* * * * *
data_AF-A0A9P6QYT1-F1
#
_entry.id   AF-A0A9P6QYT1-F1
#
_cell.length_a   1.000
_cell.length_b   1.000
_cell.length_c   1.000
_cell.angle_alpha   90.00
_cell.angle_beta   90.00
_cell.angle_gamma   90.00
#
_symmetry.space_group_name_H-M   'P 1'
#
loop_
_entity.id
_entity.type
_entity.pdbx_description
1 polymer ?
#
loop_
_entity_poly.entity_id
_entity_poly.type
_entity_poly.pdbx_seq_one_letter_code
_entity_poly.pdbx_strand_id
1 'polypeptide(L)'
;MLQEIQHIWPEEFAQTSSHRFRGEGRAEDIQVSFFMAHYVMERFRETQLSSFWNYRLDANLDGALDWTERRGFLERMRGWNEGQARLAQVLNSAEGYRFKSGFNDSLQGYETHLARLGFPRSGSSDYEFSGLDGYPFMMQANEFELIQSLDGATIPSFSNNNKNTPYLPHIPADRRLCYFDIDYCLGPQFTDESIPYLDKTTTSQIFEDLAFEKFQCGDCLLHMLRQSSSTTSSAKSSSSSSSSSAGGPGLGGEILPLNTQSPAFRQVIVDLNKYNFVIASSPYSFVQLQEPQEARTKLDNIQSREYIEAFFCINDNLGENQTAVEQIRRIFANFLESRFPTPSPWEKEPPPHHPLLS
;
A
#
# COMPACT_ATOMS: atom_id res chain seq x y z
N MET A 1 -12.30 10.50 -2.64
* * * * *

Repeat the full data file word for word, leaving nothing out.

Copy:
data_AF-A0A9P6QYT1-F1
#
_entry.id   AF-A0A9P6QYT1-F1
#
_cell.length_a   1.000
_cell.length_b   1.000
_cell.length_c   1.000
_cell.angle_alpha   90.00
_cell.angle_beta   90.00
_cell.angle_gamma   90.00
#
_symmetry.space_group_name_H-M   'P 1'
#
loop_
_entity.id
_entity.type
_entity.pdbx_description
1 polymer ?
#
loop_
_entity_poly.entity_id
_entity_poly.type
_entity_poly.pdbx_seq_one_letter_code
_entity_poly.pdbx_strand_id
1 'polypeptide(L)'
;MLQEIQHIWPEEFAQTSSHRFRGEGRAEDIQVSFFMAHYVMERFRETQLSSFWNYRLDANLDGALDWTERRGFLERMRGWNEGQARLAQVLNSAEGYRFKSGFNDSLQGYETHLARLGFPRSGSSDYEFSGLDGYPFMMQANEFELIQSLDGATIPSFSNNNKNTPYLPHIPADRRLCYFDIDYCLGPQFTDESIPYLDKTTTSQIFEDLAFEKFQCGDCLLHMLRQSSSTTSSAKSSSSSSSSSAGGPGLGGEILPLNTQSPAFRQVIVDLNKYNFVIASSPYSFVQLQEPQEARTKLDNIQSREYIEAFFCINDNLGENQTAVEQIRRIFANFLESRFPTPSPWEKEPPPHHPLLS
;
A
#
# COMPACT_ATOMS: atom_id res chain seq x y z
N MET A 1 -12.30 10.50 -2.64